Veterans of Foreign Wars Post 101 in Colorado Springs began the celebration of their 101st anniversary on April 20, at their post location 702 South Tejon Street. VFW Post 101 is the oldest post in Colorado Springs and originally was stationed in Old Colorado City until being moved to its current location in 1969.
VFW Post 101 was chartered on April 20, 1920 under Commander James W. Gowdy. The post was named after Lt. Marion L. Willis, who was killed in France during WWI, while assigned to the 356th Infantry Division. He was initially a native of Kansas, though his family moved to Colorado Springs sometime before the war. He is currently buried in Evergreen Cemetery.
Post 101 is the owner and caretaker of the Grand Army of the Republic area of Evergreen Cemetery. To this day, Post 101 carries on the tradition of connecting the Veterans of Colorado Springs, past and present, providing a place where they can socialize, and by providing both essential services and advocacy to Veterans in need and their families.
Every Memorial Day they perform a ceremony at both the GAR plot and at Lt. Marion L. Willis’ grave to commemorate fallen comrades.
To kick off their 101st anniversary, they chose to commemorate the occasion with the pinning of two horses, owned by Ginger Patrick of Florissant. The two horses were officially inducted in the VFW Post due to their involvement with veteran activities.
Gregory Wawrytko and Anthony Archer, in their Army dress blues, officially presented the newest members of the VFW Post 101 and pinned them as the official riderless horses. These horses were approved under vote of the ruling body of the post membership and the commander of the post, US Space Force Major Danielle Ryan.
The horses were made official in a letter signed by Ryan on Nov. 1, 2020. The horses will appear in their first official capacity on Memorial Day at the Evergreen Cemetery and to the public on Saturday, June 5 at the street celebration at the post downtown Colorado Springs.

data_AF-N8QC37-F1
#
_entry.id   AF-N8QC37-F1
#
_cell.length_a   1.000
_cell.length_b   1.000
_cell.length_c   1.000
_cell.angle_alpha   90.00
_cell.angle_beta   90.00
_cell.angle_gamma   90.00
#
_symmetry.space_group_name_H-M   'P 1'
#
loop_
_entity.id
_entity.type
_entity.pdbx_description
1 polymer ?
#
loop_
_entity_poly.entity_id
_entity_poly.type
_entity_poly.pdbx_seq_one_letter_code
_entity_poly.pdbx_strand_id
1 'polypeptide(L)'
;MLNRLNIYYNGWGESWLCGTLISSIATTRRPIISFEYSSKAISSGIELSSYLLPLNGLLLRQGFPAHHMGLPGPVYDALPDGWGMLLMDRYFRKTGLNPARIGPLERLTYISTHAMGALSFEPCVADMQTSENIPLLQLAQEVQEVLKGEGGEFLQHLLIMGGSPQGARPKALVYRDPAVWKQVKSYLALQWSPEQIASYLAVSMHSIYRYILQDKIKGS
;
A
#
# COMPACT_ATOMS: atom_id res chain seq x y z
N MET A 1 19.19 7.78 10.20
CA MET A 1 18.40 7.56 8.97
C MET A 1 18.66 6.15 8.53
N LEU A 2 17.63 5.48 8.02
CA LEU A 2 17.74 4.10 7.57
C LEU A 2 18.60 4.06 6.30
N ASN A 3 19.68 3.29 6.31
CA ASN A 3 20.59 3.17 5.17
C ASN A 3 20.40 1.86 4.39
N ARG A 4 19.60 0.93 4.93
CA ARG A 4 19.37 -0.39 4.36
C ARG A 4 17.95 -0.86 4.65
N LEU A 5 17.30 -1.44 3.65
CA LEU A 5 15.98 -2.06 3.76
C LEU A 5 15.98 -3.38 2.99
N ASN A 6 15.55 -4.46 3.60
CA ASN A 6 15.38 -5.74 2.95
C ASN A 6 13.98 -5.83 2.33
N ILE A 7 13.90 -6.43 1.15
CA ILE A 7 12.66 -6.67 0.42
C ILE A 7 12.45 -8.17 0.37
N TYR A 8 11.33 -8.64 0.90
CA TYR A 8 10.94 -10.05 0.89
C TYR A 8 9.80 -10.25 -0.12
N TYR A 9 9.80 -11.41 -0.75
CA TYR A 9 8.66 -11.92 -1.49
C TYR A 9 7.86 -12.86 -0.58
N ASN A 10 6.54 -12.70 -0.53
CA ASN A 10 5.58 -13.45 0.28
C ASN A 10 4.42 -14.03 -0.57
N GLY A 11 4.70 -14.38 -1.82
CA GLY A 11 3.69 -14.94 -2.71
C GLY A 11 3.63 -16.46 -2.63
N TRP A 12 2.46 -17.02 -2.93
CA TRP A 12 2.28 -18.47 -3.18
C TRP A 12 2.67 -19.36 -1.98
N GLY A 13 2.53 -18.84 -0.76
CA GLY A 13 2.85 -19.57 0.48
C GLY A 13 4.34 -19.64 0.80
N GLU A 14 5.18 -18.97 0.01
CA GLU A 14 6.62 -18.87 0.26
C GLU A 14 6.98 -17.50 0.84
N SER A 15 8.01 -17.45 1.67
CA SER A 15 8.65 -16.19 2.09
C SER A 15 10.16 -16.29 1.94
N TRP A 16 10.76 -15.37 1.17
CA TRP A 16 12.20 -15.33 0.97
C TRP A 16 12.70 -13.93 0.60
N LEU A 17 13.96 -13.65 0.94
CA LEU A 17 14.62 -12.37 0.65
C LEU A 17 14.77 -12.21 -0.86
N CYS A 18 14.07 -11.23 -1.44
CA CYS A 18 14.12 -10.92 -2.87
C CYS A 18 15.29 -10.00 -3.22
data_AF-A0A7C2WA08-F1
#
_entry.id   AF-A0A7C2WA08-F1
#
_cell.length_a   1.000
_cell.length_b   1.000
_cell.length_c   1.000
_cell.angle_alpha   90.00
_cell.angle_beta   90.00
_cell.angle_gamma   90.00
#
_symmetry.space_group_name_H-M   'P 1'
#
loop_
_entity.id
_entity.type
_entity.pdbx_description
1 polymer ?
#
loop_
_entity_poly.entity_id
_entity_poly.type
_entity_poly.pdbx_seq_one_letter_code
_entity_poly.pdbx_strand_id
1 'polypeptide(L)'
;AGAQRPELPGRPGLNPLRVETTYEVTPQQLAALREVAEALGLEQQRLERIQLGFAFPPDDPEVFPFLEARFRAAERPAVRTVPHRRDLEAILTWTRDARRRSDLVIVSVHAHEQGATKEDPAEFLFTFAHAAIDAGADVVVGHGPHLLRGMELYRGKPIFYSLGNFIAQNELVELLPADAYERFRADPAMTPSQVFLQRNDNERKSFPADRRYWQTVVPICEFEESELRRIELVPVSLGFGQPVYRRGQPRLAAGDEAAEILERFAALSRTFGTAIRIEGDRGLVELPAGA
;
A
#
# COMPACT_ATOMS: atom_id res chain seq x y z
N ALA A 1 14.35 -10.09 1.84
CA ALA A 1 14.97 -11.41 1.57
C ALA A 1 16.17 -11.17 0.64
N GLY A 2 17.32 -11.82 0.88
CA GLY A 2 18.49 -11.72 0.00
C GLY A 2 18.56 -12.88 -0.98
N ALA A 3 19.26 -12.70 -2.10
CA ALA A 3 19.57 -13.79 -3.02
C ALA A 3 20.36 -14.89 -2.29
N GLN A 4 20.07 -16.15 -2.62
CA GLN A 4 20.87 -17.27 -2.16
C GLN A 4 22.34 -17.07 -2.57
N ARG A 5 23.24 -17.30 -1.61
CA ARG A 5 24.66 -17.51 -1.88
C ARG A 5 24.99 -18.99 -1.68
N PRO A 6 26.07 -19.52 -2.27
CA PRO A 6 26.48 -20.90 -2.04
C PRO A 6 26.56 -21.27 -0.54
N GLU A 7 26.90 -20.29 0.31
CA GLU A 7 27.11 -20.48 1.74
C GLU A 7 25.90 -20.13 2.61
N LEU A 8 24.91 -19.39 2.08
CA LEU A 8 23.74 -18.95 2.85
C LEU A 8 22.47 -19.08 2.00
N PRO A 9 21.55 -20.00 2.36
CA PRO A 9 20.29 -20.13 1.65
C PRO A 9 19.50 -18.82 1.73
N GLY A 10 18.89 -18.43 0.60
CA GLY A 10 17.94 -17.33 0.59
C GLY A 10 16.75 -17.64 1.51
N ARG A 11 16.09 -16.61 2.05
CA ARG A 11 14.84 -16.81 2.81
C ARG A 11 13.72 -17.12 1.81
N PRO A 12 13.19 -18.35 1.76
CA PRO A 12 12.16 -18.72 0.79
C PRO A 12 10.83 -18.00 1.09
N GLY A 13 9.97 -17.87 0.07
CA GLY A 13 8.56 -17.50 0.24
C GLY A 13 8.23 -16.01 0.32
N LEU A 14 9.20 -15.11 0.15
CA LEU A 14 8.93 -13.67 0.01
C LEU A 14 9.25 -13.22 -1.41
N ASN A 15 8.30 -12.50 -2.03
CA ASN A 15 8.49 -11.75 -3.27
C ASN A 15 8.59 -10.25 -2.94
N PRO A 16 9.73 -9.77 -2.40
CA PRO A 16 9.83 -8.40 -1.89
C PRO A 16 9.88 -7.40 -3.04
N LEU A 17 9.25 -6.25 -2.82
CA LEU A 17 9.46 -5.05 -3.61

The event will include all six flags of the uniformed services flying, a decorated stage, and post commander Ryan presiding. The white horse that day will be under saddle and carrying the U.S. flag. Achilles will be posted and in hand of uniformed personnel.
Patrick served eight years in the U.S. Air Force, rising to the rank of Staff Sergeant. She subsequently joined the VFW in Springfield, Ohio. She joined Post 101 when she moved to Colorado in 2009.
She has been involved with horses most of her life and started getting involved with the Riderless Horse commemorations with her black mare, Circling Raven, in 2006.
After the untimely passing of her mare, she acquired Achilles in 2010. Achilles, a gelding, has “fought” with the 6th Regiment, Ohio Volunteer Cavalry reenactment group in the 150th anniversary series of the Civil War. He was named for Achilles, the hero of the Trojan War, the greatest of all the Greek warriors, and is the central character of Homer’s Iliad.
Anthem’s full registered name is National Anthem, named specifically for the job of honoring the fallen. He is a two-and-a-half-year-old stallion whose first foal was born the night before he was pinned. “I named him specifically for this job,” said Patrick.
Achilles was saddled with tack that would be used by a Civil War Calvary Officer with a pair of boots facing backwards. During funerals it is a powerful symbol of grief and the backward facing boots in the stirrups to represents the fallen having one last look at his or her loved ones.
Horses have played a significant role in the U.S. military throughout history, from riding into battle to honoring fallen heroes during funerals. Horses have served in nearly every capacity during war, including transportation, reconnaissance missions, cavalry charges, packing supplies, and communications.
In addition to boosting morale and courage of troops, these powerful animals even became weapons when taught to kick, strike and bite. Before the evolution of military technology, horses were a critical and flexible component in military strategy.
This silent partner of service members could help turn the tide in a battle. The horse’s influence on U.S. military history can be seen prominently all the way into World War II.
Today, horses are returning to prominence in today’s U.S. Special Armed Forces. The need for service members trained on horses has returned after military units traveled and fought on horseback through rugged terrains in Afghanistan in 2001.